Citizens hamper powerful developer | Sept. 7
This is Florida, not Spain
Unfortunately Gov. Rick Scott gutted the Department of Community Affairs so that pesky citizens would no longer have an advocate to review large scale development such as Carlos Beruff's plan. It's also unfortunate that Scott appointed his friend Beruff to head the Southwest Florida Water Management District. That's like putting a fox in the henhouse.
Beruff has said it was a great idea to bring Barcelona's "Las Ramblas" concept to Sarasota Bay. What Beruff apparently doesn't realize is that Barcelona has different flora and fauna from Sarasota. Florida has hurricanes and is subject to flooding. And Florida is running out of water (Beruff has the ability as head of Swiftmud to help lower water levels in our springs to support projects such as this).
Beruff would be the only person to benefit from this 465-acre carnage on the environment. It's really sad that planners would support this project just because it's not just "another boring subdivision."
Karen Esty, Inverness
A rising flood of insurance price hikes Sept. 5
A crisis looms for homeowners who are required to have flood insurance. Expect rates to rise approximately 20 percent this year and every year after that for 10 years if you stay in your home. If you are selling your home, a potential buyer may look at $20,000 per year and likely decide not to buy.
A bill in committee in the Senate would delay these rate increases. Citizens should call their senators and urge them to support this bill and ask them and their fellow senators to do so as well.
Jim Heady, South Pasadena
Fatal bike crash suspect wanted to be a cop Sept. 5
Tale of two fatalities
My 26-year-old son was killed about a year ago by a careless driver who mowed him down on his motor scooter in Dunedin, so I am especially sensitive to stories about two-wheeled vehicles struck by four-wheeled ones.
The driver who hit my son remained at the scene, and she was ticketed for careless driving and tried in traffic court. Because no witness could place her behind the wheel of the car that hit my son, she was acquitted, even though she admitted to police that she violated his right of way and apologized for his death.
The young Dunedin man accused of hitting the cyclists in Clearwater last week left the scene of the accident and later turned himself in. He faces two felony charges and is jailed facing $125,000 bond.
Based on my experience, I offer this advice to motorists: If you run over a cyclist in the dark and nobody sees you, stay put and admit it.
Ken Lynam, Dunedin
The Syrian dilemma | Sept. 7
What if North Korea or Iran used chemical weapons? Would we bomb them? Why are chemical weapons any worse than blasting and shooting with bullets?
I thought our huge military budget was for national security only. I cannot imagine national security being a factor in the Syria conflict. Nor can I imagine air strikes having any impact on the outcome. Plus, we will be spending money we don't have.
Ronald Baltrunas, Clearwater
Nation's leaders must act to stop childhood hunger | Sept. 4
Farm bill folly
It is the poorest citizens who will bear the brunt of the 2013 farm bill cuts. Despite the fact that the Supplemental Nutrition Assistance Program (SNAP) has been effective and critical to families and our economy during the Great Recession, House leaders want to force millions of low-income Americans off the program.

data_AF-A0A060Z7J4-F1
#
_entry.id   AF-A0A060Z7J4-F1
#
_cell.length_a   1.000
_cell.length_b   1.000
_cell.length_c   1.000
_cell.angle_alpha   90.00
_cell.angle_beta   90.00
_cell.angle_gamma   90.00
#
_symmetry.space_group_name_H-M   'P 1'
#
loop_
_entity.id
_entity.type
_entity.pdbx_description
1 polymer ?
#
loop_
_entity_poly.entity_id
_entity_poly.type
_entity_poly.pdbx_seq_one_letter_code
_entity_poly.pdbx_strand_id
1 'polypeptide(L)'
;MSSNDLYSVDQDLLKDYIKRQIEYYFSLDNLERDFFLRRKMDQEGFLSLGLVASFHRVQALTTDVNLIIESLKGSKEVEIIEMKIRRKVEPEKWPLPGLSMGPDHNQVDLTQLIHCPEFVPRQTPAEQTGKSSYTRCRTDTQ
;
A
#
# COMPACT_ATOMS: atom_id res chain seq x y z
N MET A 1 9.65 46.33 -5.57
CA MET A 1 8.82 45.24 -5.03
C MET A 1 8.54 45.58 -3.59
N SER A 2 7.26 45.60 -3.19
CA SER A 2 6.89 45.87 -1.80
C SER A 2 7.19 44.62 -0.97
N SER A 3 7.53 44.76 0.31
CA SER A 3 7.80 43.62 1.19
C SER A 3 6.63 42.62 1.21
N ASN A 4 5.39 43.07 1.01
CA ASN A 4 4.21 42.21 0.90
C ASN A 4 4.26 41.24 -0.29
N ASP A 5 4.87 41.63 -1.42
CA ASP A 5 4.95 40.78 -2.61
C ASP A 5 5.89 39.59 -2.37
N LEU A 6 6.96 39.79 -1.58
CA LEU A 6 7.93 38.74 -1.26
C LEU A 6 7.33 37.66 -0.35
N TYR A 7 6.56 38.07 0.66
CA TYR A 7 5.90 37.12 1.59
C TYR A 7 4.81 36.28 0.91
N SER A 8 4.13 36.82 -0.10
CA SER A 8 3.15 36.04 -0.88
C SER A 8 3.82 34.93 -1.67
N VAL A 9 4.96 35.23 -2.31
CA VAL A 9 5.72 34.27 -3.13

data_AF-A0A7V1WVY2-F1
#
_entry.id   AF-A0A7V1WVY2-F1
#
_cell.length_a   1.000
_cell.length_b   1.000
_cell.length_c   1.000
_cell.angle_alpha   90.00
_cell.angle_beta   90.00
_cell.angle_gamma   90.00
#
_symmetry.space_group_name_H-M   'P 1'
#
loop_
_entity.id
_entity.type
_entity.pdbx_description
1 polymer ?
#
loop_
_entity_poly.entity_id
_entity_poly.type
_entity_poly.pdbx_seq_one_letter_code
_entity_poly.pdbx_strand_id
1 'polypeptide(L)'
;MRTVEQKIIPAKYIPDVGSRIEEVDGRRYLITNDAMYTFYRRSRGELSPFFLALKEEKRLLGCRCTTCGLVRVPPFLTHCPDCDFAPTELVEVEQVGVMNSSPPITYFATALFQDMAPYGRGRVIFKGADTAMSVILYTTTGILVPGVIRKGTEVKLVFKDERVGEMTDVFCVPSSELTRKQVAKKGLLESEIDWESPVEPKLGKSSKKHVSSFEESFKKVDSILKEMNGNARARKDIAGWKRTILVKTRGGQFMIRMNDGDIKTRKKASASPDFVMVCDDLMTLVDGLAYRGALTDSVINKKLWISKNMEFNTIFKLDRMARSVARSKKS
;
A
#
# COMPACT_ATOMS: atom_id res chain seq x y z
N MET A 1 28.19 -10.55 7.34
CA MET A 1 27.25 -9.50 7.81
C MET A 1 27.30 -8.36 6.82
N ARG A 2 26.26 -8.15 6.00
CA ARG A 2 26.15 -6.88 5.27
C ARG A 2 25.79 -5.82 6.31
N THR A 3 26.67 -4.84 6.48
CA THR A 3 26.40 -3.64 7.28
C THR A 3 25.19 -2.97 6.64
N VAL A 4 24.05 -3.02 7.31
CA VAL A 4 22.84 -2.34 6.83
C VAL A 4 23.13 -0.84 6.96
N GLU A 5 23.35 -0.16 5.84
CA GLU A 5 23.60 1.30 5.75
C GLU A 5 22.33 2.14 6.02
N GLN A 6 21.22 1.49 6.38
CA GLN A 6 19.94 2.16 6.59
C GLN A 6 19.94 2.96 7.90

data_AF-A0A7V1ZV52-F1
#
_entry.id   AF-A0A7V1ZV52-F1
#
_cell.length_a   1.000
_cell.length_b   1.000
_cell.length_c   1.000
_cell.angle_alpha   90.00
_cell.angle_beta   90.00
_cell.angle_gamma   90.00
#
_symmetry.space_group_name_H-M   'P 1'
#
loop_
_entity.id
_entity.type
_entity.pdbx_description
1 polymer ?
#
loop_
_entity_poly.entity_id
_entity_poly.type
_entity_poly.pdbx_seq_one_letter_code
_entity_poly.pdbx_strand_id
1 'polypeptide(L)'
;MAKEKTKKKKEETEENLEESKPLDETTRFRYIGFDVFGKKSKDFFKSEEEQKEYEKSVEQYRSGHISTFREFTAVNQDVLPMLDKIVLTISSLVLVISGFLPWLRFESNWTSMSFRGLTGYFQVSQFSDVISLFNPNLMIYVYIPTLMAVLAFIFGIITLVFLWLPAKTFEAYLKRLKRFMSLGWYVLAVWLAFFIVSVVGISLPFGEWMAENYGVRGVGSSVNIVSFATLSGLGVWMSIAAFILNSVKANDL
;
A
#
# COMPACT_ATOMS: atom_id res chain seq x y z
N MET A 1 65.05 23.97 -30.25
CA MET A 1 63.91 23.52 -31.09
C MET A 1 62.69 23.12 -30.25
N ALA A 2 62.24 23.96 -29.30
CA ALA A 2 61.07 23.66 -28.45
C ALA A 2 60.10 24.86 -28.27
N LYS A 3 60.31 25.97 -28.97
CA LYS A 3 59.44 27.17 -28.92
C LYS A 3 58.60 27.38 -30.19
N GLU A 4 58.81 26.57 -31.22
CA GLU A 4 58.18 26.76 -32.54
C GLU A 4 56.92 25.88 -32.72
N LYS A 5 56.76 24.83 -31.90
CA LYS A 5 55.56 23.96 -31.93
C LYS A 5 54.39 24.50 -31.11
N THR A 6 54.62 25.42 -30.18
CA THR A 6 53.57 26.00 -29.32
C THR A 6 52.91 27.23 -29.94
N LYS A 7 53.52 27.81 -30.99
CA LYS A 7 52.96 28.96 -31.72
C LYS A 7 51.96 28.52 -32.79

The $40 billion SNAP decrease would require every church, synagogue and mosque in the nation to contribute, on average, $114,000 to make up the difference. In contrast, the portion of the farm bill approved early this year allows food prices to remain high and continues a crop insurance program that is susceptible to fraud.
The Rev. Russell Meyer is right to ask our elected officials to step up to the plate with the same passion afforded the special interests of agribusiness. We look to our leaders to exercise moral governance.
Barbara Drake, Tampa
Much to learn on brain injuries | Sept. 7
Football here to stay
Charlotte Sutton writes a powerful piece about brain concussion suffered by football players.
Her piece is thoroughly researched and she makes her points clearly without hyperbole or rancor. But the message is starkly apparent. Sports that call for severe contact will produce brain injuries and other trauma. Sutton is wise enough not to call for a ban on high school football. But Sutton seemingly asks that football be de-emphasized in high school culture and be replaced by something less likely to induce trauma.
How abut a high school poker club? No one ever suffered a brain concussion from holding a busted flush.
Mortimer Brown, Lutz
Planes vs. Trains (Cont'd) | Sept. 6
Unnecessary rail line
A reader describes the ease by which one can travel from Manhattan to Washington, D.C., by train. But I wonder: Are Floridians ready to pay the price?
My wife and I were in Atlantic City and wanted to go to New York City for the day. My idea was to park at the Newark airport and take the train into Penn Station, a trip of 28 minutes one-way. Then I priced it out. It would cost $12.50 one-way for each of us, or about $50 round-trip, plus parking costs at an offsite lot.
The Northeast probably has the highest ridership on trains so the unit cost per rider should be low. But what would it cost to ride a train from Tampa to Orlando? And what would riders do when they get there? Rent a car?
I think most people in Tampa Bay would prefer to simply drive to Orlando. Then again, if we build a rail line, we would have created some "jobs" and spent a bunch of federal tax dollars, which is apparently a good thing to a lot of people in our area.
Drew Dolison, Bradenton